Samsung Loses Patent Complaint; Apple Complies With Italian Court Ruling

Apple’s ongoing legal matters continued on Friday with a pair of events: a German court struck down Samsung’s second patent complaint against Apple, and Apple has placed a “Communication to protect consumers” notice on its online Italian store in compliance with a court ruling that said the company was pushing AppleCare while neglecting to tell buyers about the two-year warranty that’s legally mandatory in Italy. Apple was fined 1.2 million euros as part of the court ruling in Italy.

Florian Mueller, who runs the blog FOSS Patents, attended the German court ruling against Samsung. He wrote: “Judge Andreas Voss did not state any particular reasons for the decision … Different reasons are conceivable. The outcome of Samsung’s first two German actions against Apple may be based on reasons specific to the validity and/or infringement of those patents, in which case Samsung could still prevail over any or all of three other 3G/UMTS patents it is asserting against Apple in Mannheim. Samsung is furthermore suing Apple over two non-standards-related patents, including a patent on a method to enter smileys on a mobile device.”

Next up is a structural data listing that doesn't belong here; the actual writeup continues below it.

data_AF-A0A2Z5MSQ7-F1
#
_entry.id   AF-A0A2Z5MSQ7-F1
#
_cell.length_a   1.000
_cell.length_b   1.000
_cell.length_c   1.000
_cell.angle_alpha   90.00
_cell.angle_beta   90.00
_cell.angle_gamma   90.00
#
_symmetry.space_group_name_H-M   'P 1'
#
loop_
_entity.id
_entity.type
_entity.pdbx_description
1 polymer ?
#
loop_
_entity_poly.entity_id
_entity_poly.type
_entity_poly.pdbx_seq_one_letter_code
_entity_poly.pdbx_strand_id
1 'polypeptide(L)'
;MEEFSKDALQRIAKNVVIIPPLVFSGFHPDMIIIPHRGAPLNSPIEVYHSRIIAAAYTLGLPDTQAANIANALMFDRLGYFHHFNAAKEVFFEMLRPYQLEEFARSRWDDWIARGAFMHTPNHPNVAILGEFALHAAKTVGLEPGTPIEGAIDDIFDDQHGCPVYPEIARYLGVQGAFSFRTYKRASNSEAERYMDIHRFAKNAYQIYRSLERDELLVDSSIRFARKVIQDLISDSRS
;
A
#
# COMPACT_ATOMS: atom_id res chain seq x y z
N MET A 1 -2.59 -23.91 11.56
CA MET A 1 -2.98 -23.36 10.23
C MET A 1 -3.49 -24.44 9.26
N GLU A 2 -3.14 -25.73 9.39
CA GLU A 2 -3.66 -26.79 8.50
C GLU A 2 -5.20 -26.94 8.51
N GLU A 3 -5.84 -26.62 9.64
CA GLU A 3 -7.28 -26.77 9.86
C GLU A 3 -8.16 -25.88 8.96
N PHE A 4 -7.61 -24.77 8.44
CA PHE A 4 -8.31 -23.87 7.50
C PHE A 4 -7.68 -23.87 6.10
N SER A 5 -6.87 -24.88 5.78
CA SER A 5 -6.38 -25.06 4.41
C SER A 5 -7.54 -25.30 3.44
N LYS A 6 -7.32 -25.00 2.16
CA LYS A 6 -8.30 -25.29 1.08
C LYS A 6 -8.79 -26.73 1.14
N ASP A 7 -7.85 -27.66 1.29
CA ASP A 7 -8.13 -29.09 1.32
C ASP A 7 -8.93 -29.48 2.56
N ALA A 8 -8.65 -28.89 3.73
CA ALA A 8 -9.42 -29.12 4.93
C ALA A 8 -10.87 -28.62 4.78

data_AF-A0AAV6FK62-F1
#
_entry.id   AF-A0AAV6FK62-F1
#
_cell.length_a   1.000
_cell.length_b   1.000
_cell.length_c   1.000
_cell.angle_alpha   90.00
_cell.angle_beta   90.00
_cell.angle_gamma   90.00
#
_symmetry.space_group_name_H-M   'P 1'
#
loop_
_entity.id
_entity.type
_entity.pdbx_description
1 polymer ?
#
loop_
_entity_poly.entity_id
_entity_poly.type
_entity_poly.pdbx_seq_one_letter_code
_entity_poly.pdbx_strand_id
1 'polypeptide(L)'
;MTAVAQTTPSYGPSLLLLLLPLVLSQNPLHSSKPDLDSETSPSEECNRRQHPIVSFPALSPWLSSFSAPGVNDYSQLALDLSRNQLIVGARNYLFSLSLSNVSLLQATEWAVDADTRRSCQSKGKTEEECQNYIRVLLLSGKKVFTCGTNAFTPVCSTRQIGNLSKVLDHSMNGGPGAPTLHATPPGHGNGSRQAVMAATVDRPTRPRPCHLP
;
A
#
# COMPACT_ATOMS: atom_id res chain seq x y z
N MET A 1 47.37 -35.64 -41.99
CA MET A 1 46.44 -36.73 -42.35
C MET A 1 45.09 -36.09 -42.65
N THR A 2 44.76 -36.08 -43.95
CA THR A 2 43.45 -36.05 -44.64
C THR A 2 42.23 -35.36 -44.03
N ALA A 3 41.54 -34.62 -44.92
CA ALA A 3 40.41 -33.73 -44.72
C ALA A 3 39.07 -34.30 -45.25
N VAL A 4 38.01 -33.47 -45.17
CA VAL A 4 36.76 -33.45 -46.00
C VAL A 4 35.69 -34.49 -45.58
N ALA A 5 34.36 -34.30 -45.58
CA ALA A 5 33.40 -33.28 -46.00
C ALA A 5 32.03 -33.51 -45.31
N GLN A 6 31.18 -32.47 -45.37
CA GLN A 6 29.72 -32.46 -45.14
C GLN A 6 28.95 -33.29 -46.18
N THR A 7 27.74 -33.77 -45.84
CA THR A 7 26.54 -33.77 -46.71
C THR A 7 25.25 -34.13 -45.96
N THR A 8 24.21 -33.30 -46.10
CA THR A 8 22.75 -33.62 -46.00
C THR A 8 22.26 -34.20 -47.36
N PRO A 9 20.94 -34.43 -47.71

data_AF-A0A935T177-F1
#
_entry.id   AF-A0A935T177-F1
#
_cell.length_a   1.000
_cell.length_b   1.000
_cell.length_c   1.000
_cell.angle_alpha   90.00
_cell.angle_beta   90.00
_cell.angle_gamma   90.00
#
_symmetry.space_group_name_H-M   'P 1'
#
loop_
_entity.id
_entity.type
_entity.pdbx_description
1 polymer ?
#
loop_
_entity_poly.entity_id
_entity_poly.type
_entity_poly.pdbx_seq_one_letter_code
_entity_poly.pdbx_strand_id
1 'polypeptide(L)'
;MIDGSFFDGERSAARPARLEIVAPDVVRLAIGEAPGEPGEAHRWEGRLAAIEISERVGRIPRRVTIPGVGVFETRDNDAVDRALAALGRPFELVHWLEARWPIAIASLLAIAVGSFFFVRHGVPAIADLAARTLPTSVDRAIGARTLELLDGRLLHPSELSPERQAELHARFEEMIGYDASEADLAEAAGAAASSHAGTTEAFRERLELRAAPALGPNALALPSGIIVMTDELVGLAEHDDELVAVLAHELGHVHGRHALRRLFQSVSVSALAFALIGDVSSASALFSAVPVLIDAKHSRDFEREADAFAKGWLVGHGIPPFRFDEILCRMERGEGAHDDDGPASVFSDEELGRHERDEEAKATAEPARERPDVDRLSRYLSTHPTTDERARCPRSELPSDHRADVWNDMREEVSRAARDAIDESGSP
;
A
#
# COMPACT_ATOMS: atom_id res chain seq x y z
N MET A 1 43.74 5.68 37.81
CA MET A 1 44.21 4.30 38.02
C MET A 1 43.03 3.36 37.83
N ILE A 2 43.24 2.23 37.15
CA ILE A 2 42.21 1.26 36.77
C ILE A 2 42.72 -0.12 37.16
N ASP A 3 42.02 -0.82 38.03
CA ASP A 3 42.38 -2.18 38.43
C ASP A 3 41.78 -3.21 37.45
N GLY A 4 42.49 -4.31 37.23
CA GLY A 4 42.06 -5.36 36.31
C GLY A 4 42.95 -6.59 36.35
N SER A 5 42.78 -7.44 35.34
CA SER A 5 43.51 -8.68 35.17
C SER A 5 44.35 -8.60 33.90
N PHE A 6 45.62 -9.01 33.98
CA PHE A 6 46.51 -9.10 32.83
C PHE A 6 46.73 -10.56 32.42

He went on to say that he expects Samsung and Apple to continue with their respective lawsuits against each other. “Since both companies are doing very well (with Apple being not just highly but even unbelievably profitable), they can afford to keep going, and at this point neither litigant has the leverage to force its rival into a settlement,” he said.

In the online Italian Apple store, the “Comunicazione a tutela dei consumatori” link opens a PDF that explains the two-year warranty legally mandated in that country. The Register received a confirmation from Apple that it is still appealing the initial ruling against it, so the company hasn’t yet paid the 1.2 million euro fine levied against it.

The notice that now appears at the online Apple Store in Italy

Register reporter Bill Ray observed: “When the ruling was published we said it seemed unlikely Apple would be unaware of local laws, and given that retail operation Comet managed to modify its similar practices to avoid a fine we were surprised to hear that Apple was being hit so hard.”